Missouri and elsewhere. Those fluctuations have in the end inured to our advantage.
To shut up this army on the James River is to make certain its destruction or its neutralization within the next two months, and then the North will be at the mercy of the South and the sport of the caprice of Europe.
Bring this army back to the neighborhood of Washington, to spacious, healthy camps, pass some laws which I could suggest,and at the end of three months it will be worth much more against an enemy than it was last March. The laws I refer to would force our able-bodied men to join the army and to remain with it; would estop rogues and pettifoggers from using the courts of law to rob such as are absent fighting and would constrain to the public service all supplies and means of transportation at a reasonable price.
When a large army reaches, or is placed in a position where it cannot hold the enemy in check not operate effectively against him, it is a military axiom to move that army without delay. With a large, well-appointed army in any camp from which it can be employed we may bid defiance to our enemies. This army cannot be employed here, and the enemy may close its egress, for which reasons and many others I respectfully recommend that immediate instructions may be issued for its withdrawal.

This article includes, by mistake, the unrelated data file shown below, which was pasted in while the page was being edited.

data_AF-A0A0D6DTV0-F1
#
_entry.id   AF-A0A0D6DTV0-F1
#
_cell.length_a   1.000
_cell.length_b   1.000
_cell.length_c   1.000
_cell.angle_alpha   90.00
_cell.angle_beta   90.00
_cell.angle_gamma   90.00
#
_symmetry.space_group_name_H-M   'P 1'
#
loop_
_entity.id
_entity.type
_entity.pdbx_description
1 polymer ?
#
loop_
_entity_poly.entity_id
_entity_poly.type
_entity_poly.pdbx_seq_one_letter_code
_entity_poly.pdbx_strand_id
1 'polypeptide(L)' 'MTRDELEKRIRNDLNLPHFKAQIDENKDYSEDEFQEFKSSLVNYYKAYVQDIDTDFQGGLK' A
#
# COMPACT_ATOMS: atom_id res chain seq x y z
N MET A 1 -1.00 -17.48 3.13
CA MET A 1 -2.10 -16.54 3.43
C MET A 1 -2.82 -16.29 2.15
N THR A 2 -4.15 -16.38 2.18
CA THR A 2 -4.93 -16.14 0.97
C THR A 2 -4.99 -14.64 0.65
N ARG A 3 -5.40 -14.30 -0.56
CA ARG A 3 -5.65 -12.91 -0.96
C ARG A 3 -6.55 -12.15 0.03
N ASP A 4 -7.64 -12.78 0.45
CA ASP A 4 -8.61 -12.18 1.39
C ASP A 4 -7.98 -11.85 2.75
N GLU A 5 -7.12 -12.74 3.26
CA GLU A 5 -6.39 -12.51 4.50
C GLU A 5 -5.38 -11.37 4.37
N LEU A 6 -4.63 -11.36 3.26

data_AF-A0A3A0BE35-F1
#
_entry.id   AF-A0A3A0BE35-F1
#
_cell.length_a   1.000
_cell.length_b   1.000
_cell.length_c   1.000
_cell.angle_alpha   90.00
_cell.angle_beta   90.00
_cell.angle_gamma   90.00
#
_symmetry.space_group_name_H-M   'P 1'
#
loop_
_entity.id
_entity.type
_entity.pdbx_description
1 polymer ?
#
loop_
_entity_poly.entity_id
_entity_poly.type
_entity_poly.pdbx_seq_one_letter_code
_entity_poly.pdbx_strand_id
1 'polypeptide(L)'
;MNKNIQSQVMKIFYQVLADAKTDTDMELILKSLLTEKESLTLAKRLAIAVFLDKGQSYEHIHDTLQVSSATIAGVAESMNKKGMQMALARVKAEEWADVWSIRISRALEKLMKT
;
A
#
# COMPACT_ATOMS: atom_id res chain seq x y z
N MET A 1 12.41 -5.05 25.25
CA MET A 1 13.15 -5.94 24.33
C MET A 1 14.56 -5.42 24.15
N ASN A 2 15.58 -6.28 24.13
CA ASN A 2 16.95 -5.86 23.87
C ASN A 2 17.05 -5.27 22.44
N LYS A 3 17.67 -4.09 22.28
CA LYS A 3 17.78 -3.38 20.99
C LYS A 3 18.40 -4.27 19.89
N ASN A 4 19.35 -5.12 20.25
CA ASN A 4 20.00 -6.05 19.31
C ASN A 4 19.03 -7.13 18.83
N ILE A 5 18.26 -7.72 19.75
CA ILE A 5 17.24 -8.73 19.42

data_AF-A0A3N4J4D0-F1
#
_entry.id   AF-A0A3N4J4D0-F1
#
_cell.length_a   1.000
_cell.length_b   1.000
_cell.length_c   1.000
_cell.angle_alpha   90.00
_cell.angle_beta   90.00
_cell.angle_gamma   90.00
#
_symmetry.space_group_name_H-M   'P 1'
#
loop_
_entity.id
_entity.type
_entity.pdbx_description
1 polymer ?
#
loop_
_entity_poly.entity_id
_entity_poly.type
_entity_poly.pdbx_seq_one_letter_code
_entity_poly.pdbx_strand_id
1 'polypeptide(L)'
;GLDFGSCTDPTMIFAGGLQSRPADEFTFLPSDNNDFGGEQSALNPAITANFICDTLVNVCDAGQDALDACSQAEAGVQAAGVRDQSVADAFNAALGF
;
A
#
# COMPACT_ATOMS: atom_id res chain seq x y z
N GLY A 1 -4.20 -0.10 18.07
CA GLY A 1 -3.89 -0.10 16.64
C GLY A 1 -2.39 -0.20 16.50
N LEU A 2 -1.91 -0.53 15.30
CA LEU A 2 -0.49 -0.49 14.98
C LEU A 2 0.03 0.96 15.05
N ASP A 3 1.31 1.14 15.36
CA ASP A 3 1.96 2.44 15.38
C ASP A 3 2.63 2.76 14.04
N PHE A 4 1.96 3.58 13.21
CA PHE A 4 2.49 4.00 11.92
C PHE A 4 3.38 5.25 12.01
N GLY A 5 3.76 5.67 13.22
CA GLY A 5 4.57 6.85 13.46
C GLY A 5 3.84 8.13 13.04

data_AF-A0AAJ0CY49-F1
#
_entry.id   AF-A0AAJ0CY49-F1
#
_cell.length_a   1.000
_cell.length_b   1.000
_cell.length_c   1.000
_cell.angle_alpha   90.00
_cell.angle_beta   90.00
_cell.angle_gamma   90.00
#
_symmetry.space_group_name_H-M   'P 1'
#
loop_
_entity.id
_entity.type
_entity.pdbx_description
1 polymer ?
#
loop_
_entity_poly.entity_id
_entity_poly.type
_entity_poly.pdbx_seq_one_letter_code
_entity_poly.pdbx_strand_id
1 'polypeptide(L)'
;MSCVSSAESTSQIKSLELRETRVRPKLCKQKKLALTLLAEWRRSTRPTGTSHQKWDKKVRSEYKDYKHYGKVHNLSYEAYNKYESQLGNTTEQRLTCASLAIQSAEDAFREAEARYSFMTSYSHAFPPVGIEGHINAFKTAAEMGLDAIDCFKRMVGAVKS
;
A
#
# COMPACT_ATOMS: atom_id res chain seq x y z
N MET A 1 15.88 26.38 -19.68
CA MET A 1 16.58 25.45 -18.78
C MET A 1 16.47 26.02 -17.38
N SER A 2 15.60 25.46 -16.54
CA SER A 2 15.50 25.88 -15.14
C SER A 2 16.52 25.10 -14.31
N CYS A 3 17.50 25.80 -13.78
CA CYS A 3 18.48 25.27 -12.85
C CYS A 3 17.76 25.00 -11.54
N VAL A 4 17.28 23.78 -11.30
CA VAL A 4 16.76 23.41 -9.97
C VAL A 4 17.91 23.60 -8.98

All the available gunboats and men-of-war ought to assist in the movement, which ought to be made within the next forty-eight hours.
I have the honor to be, respectfully, Your Excellency's most obedient servant,
E. D. KEYES,
Brigadier-General, Fourth Army Corps.
July 11, 1862
Major-General HALLECK, Corinth:
The President has this day made the following order, which I hasten to communicate to you:
Washington, July 11, 1862.
Ordered, That Major General, Henry W. Halleck be assigned to command the whole land forces of the United States as General-in-Chief, and that he repair to this capital so soon as he can with safety to the positions within the department under side charge.
You will please acknowledge the receipt of this order, and state when you may be expected here. Your early presence is required by many circumstances.
EDWIN M. STANTON,
Secretary of War.
CORINTH, MISS., July 11, 1862-3 p.m.
(Received Washington, D. C., 5.50 p.m.)
President of the United States;
Your orders of this date are this moment received. General Grant,